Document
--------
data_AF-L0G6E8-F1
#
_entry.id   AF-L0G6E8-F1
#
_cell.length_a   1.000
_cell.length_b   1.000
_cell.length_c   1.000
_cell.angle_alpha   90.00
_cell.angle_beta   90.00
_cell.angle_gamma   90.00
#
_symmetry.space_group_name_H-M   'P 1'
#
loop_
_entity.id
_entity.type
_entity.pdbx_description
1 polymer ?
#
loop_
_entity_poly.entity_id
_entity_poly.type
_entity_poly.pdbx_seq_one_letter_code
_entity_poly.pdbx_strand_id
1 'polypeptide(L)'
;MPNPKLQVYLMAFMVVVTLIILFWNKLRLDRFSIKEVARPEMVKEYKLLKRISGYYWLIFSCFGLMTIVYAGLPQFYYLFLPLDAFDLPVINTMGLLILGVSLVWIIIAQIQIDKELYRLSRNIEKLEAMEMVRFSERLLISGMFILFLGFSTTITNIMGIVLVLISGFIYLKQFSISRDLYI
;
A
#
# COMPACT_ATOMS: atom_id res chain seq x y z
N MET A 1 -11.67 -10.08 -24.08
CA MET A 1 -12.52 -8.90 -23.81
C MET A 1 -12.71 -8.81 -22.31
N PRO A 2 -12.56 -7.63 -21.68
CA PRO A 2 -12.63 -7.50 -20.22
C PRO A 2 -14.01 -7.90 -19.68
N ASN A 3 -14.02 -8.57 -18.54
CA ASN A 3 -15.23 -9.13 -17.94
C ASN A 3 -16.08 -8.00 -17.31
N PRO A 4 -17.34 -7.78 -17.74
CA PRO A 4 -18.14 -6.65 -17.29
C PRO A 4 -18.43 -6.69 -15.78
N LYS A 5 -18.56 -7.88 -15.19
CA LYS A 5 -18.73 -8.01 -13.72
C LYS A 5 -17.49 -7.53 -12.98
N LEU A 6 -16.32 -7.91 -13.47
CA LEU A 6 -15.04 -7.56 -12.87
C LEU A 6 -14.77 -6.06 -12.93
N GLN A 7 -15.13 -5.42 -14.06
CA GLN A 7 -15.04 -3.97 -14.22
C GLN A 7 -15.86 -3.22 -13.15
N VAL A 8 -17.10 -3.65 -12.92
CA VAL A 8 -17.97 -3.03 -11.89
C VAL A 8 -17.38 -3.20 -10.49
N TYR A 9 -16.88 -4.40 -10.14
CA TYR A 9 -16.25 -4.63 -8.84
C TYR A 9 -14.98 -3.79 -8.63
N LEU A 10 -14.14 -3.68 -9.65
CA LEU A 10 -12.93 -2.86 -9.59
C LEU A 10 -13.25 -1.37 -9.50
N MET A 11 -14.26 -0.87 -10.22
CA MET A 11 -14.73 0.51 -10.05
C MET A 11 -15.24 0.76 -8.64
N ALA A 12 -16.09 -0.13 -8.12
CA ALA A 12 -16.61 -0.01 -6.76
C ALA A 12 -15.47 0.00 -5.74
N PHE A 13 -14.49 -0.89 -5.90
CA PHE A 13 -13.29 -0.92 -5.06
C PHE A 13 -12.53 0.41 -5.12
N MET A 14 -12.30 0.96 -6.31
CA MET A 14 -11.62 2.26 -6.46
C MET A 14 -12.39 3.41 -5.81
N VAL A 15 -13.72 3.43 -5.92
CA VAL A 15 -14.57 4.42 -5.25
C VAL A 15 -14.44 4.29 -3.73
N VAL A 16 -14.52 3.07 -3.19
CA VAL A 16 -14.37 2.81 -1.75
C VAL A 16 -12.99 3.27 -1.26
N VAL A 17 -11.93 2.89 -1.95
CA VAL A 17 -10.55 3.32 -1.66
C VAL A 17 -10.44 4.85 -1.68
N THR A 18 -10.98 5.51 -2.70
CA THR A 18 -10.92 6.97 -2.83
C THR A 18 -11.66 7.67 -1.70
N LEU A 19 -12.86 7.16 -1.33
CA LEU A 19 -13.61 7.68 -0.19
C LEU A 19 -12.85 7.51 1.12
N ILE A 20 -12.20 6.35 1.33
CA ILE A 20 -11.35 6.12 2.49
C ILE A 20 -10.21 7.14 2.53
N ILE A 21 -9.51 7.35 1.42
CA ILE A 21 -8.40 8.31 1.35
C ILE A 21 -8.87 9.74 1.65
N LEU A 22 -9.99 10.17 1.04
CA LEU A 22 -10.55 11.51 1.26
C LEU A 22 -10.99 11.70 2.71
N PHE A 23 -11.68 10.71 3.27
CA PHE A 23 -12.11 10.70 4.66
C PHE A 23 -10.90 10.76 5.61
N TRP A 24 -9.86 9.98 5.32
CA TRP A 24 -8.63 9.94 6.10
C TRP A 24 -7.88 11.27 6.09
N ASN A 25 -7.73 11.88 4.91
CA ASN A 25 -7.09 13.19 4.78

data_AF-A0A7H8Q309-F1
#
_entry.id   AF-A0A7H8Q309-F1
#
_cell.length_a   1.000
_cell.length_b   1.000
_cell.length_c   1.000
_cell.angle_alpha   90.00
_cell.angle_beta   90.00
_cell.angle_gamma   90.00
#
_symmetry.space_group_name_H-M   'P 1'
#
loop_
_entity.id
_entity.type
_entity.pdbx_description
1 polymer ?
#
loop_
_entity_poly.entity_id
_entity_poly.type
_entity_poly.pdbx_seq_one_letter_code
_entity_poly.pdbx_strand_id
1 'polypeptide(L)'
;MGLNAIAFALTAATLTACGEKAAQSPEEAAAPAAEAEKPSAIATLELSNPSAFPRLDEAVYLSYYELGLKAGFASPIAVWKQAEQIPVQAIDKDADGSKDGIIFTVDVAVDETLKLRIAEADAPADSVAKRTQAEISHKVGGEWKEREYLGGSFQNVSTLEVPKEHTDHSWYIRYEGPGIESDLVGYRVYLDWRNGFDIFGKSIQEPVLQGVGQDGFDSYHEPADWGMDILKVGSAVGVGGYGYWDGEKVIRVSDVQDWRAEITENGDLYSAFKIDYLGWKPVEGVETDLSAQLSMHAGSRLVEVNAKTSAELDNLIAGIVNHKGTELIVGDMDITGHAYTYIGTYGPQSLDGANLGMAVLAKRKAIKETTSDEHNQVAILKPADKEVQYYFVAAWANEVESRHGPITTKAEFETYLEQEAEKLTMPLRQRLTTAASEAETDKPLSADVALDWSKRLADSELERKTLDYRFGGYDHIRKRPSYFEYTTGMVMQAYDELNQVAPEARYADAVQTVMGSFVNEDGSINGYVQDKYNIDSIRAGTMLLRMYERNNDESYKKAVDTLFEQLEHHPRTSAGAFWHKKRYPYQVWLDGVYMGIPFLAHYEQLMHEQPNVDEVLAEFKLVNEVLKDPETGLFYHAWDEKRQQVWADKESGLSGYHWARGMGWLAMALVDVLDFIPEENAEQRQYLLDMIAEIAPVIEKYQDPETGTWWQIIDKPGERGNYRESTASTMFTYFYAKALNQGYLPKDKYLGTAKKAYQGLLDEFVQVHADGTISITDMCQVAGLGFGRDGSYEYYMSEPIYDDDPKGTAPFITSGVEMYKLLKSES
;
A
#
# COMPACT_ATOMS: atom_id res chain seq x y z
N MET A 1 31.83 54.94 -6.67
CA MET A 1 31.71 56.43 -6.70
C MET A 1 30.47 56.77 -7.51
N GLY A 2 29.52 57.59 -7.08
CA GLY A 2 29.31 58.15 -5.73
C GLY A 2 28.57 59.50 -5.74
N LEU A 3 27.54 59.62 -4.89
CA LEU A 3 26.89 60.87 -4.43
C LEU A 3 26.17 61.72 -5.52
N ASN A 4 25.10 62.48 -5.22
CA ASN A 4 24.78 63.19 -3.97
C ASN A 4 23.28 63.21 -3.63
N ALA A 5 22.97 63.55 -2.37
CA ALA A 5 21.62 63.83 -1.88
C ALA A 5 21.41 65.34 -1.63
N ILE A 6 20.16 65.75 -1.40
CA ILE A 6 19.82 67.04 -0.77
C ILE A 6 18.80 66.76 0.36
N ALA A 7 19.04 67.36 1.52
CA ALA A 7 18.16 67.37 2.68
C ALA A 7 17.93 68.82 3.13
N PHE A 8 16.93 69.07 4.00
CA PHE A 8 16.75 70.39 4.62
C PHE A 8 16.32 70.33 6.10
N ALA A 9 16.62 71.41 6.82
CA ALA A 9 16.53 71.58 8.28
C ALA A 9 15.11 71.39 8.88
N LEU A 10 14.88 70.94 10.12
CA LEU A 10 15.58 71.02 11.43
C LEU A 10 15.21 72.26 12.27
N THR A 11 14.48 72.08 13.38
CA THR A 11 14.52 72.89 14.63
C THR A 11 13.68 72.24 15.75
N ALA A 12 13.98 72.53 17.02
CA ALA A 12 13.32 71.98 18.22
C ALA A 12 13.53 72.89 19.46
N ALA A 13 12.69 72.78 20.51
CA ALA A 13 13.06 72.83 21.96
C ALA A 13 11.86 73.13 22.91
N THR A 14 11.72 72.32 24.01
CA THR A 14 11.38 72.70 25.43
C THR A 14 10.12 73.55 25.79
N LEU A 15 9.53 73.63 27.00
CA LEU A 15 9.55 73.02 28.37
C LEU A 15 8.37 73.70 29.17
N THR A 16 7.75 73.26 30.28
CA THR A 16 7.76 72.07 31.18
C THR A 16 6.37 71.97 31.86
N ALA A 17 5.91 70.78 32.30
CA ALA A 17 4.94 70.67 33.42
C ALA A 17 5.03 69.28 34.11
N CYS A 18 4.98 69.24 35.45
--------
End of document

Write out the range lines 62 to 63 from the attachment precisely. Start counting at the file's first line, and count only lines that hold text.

CA MET A 11 -14.73 0.51 -10.05
C MET A 11 -15.24 0.76 -8.64